Fantasy Baseball Mock Draft: 10-Team, Middle Pick (2020)
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It feels like the draft season has begun anew. Lots of leagues are scheduling their redraft and are adjusting league settings to best suit this strange 60-game season we are about to begin.
Here at FantasyPros, we wanted to provide as many updates to our preseason coverage as possible, given how drastically things have changed. This includes going through some mock drafts to see how things can shake out when we take a slightly different approach. Throughout the series, we’ll use our free fantasy baseball mock draft simulator.
Let’s get into it!
I set up this league to have 24 starting slots (12 hitters, 12 pitchers). I left off the bench spots. Here are the full details:
Rosters: C, 1B, 2B, 3B, SS, 1B/3B, SS/3B, OF x3, UTIL x2, P x12
Categories: R, HR, RBI, SB, AVG, W, ERA, WHIP, K, SV
My Pick: 7th
While there is fair debate about which side of the ball you should lean on move heavily in an abbreviated season, I’m going to slightly favor hitters here. A pitcher’s preseason routine is much more structured and important than a hitter’s, and I think we’ll see this result in there being the highest share of innings thrown by relievers we have ever seen.
I could be wrong about this, of course, but I just cannot see teams really letting their starters rip through 100 pitches for at least a few weeks into the season given how strange the lead up to the regular season will have been.
Pitching is still half the game, so the pitchers that are able to rack up those innings right away will be even more valuable. That said, it’s difficult to identify who those guys will be. I would prefer to leave the guesswork to the rest of the league and load up on bats early in the draft.
1.7 Mookie Betts (OF – LAD)
Nolan Arenado and Gerrit Cole sneaked into the first six picks, leaving me with a pretty easy selection in Betts. The shortened season does not change my strategy for drafting hitters a ton, as I was always putting a high priority on getting steals into my lineup early on in the draft. Betts should be an elite source of runs and batting average for me, and he should contribute some steals and homers as well atop that potent Dodgers lineup.
Also considered: Trea Turner (SS – WAS)
2.4 Freddie Freeman (1B – ATL)
There have not been many hitters more consistent than Freeman over the last few years, which makes him a great addition to the team here. Given how much contact he makes and how good of a lineup he finds himself in, I just see a higher floor for Freeman than every other hitter I considered. This does not help my quest to lead the league in steals, but it’s hard to find anything wrong with drafting Freeman.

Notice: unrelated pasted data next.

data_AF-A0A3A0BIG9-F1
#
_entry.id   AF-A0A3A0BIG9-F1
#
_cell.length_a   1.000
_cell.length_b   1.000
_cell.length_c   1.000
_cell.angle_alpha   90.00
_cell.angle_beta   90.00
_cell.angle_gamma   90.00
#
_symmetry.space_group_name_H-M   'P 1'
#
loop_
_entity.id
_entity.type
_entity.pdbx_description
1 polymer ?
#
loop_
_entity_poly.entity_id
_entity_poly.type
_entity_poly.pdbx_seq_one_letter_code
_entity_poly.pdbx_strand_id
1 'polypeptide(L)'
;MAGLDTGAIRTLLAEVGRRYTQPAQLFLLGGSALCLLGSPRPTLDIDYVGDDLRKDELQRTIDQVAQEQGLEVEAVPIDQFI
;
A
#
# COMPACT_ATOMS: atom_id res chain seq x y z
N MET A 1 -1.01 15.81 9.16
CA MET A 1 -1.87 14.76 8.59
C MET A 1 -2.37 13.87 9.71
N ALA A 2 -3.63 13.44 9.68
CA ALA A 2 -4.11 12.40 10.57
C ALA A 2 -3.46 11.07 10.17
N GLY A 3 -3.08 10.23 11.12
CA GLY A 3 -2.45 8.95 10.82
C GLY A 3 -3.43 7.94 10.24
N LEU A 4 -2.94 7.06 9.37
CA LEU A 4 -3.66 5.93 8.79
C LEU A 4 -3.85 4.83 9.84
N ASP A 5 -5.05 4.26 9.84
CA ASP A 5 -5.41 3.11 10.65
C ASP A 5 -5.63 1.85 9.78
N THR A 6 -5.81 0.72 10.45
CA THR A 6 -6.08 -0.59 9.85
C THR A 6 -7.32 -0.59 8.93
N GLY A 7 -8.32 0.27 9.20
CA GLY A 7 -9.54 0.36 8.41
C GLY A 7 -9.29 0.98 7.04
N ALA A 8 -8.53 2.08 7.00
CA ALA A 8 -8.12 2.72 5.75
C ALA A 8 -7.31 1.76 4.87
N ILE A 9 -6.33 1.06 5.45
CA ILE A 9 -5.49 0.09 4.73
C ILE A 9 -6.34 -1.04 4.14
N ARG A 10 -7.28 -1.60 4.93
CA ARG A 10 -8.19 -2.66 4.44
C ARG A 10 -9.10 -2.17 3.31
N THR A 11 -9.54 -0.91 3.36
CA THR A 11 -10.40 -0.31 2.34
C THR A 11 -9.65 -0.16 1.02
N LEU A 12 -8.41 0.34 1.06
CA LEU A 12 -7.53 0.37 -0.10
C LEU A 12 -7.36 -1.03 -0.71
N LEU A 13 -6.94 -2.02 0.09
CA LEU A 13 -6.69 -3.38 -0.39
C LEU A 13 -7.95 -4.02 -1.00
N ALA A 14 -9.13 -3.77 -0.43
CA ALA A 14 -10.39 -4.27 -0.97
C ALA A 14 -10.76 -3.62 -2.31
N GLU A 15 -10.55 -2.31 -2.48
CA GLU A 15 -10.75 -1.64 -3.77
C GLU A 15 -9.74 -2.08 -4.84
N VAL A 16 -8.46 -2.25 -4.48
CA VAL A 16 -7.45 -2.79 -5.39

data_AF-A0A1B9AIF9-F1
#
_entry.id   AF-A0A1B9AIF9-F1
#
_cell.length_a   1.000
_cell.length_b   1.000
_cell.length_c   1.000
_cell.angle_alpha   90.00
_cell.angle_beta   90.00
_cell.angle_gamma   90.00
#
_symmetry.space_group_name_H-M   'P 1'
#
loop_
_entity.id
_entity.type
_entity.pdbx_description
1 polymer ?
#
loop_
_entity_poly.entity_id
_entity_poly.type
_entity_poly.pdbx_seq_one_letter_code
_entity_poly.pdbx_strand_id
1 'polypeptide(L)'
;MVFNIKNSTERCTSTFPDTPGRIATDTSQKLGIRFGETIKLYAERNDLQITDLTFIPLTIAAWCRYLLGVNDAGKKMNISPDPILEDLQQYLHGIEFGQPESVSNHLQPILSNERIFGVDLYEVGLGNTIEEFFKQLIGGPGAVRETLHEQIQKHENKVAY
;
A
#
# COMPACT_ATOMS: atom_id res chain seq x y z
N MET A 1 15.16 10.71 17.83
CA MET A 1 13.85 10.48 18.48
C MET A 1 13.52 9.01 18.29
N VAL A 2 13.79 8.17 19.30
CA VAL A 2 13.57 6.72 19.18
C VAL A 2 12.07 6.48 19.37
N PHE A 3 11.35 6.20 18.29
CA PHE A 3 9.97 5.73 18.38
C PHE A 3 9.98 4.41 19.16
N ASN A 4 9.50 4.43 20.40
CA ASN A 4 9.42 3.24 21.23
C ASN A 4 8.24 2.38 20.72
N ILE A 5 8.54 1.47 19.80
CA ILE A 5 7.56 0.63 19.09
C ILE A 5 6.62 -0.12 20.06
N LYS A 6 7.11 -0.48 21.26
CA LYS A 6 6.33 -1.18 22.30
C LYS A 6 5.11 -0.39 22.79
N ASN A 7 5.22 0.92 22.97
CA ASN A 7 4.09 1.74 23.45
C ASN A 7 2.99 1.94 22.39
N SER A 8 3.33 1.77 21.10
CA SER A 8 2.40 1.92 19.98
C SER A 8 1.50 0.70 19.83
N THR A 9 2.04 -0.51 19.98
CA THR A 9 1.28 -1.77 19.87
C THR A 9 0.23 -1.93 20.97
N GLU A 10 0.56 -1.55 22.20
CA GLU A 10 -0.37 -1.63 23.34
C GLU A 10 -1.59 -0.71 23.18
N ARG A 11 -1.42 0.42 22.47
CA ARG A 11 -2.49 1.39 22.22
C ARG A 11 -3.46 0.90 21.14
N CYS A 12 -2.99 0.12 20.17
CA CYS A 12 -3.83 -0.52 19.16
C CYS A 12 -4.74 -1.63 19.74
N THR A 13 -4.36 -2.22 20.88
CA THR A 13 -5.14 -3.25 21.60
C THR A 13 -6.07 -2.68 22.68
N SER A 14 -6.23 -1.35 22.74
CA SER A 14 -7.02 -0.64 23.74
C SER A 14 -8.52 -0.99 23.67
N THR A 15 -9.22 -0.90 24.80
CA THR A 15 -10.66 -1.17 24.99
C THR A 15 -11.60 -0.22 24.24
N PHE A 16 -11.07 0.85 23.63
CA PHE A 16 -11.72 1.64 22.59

3.7 Mike Clevinger (SP – CLE)
There were a lot of hitters that I liked just fine clumped together here, but Clevinger stood above the rest of the pack on the pitching side, so I pulled the trigger. Clevinger was arguably the best pitcher in the league after his return from injury last season, and he is still being drafted at a bit of a discount because of the injury he sustained earlier this year. There is no reason he won’t be a full-go for the start of the season, however, and those Indians are notorious for giving their starters long leashes. I love Clevinger in this shortened season and am happy to have him as the ace of my staff.
4.4 George Springer (OF – HOU)
Springer was putting together one of the more phenomenal fantasy seasons in history last year before having it derailed by injuries. The guy hit 39 homers, scored 96 runs, and drove in 96 in just 122 games. He has now reached 30 years of age, and the extrapolation game is a silly one to play — but Springer is just such a solid bet for production that it was hard to turn down.
5.7 Nelson Cruz (DH – MIN)
If anybody can benefit from a shorter season, it’s the timeless man Nelson Cruz. He was one of the best power hitters in baseball last year, and he continues to post a solid batting average in the process. While there could be a total cliff coming for Cruz, I’ll roll the dice on getting some elite home run and RBI production in the fifth round, as two of my three hitters are currently leadoff men that might struggle to rack up RBI.
6.4 Keston Hiura (2B – MIL)
I thought I was choosing between Cruz and Hiura last round, but he made it back to me. Hiura has some of the highest upside in the game after what he showed us last year. He could very well be one of the best steal and home-run contributors in the league, and he fills that horrible second base position.
Also considered: Nobody
7.7 Tyler Glasnow (SP – TB)
Glasnow was in Cy Young-type form last year before his injury, so the upside is immense here. It helps him quite a bit that he won’t be asked to cover more than 80 innings or so, and he is a great bet to really crush this draft price if he can come out of the gates hot.
Also considered: Matt Olson (1B – OAK)
8.4 Carlos Correa (SS – HOU)